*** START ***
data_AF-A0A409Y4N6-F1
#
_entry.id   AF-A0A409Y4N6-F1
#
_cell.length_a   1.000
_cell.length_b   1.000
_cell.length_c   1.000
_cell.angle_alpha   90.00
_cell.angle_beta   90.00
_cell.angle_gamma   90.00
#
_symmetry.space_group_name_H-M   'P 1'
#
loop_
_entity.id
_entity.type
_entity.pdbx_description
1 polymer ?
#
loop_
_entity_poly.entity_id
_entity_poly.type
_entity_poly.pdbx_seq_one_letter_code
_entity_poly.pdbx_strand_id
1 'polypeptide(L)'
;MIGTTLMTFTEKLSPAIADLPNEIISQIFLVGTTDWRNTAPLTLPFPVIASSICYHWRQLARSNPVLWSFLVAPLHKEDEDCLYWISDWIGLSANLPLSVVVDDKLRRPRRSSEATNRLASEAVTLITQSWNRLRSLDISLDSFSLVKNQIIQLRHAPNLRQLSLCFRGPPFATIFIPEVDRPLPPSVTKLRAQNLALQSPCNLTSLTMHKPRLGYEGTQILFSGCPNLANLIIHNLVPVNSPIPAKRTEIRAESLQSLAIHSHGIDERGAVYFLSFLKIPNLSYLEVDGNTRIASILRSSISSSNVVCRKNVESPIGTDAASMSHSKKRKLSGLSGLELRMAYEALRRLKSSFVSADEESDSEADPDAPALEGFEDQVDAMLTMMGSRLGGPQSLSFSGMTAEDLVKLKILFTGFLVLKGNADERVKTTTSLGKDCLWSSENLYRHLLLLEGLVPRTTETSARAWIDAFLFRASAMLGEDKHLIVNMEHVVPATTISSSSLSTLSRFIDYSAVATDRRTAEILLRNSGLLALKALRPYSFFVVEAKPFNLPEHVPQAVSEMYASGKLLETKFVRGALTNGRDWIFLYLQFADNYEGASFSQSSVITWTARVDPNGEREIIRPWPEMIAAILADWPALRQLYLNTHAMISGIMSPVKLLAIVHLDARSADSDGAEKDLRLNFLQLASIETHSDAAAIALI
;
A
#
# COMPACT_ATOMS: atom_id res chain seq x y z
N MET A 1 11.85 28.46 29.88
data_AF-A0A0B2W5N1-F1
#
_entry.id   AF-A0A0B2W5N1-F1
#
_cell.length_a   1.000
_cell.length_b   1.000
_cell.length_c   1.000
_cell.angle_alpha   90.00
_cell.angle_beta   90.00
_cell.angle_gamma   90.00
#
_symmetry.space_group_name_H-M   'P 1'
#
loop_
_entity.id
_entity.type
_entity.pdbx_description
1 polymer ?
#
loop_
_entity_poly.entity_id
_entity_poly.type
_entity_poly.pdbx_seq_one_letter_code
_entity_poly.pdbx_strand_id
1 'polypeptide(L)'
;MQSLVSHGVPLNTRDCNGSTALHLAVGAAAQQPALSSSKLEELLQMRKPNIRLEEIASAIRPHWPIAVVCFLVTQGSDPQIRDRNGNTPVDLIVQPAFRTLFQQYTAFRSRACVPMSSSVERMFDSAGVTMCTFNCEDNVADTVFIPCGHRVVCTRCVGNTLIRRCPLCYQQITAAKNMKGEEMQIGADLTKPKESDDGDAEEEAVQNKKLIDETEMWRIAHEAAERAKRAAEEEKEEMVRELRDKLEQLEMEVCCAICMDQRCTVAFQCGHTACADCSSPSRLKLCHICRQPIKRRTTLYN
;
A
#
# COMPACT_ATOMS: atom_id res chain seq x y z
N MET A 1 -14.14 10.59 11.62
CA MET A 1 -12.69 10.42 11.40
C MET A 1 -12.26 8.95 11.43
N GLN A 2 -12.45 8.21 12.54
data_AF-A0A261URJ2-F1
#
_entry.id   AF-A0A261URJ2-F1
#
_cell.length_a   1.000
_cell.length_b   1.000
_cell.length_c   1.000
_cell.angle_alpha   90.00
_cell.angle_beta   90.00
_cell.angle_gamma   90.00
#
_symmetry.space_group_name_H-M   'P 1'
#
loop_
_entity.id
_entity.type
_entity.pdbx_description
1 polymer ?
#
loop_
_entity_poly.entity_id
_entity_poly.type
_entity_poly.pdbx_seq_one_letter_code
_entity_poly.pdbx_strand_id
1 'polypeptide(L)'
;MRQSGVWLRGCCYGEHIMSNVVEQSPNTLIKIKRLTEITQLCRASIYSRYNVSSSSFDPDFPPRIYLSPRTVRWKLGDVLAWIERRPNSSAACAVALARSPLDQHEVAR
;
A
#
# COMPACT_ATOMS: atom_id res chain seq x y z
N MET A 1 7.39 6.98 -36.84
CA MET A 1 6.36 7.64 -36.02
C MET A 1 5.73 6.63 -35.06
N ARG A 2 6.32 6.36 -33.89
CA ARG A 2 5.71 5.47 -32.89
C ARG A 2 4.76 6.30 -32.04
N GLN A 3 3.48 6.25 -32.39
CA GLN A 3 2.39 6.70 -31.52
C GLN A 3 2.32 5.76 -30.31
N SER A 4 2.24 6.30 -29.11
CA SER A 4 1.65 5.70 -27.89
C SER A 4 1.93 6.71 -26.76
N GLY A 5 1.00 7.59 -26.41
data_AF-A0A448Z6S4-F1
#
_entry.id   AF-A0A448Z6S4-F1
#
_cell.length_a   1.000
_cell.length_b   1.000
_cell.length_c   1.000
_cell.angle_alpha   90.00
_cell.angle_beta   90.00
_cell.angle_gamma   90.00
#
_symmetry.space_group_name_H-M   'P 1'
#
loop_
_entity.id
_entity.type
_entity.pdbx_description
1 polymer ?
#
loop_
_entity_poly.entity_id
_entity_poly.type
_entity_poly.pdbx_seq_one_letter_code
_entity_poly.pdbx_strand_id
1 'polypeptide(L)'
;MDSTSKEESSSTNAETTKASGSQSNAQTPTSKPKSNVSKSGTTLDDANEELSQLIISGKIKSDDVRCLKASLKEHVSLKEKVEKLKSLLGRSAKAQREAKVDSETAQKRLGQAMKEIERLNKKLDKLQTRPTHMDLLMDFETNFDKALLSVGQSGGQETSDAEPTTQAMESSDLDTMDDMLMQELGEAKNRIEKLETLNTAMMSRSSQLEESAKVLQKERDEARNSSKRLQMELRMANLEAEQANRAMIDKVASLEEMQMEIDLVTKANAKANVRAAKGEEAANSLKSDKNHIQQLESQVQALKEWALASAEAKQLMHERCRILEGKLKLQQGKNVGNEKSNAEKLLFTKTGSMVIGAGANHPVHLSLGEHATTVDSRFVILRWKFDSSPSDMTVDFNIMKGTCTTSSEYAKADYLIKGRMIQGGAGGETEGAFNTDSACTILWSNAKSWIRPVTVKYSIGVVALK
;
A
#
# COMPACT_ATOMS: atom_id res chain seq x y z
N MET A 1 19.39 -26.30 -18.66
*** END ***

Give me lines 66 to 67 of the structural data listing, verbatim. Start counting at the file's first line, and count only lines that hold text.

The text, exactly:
data_AF-A0A261URJ2-F1
#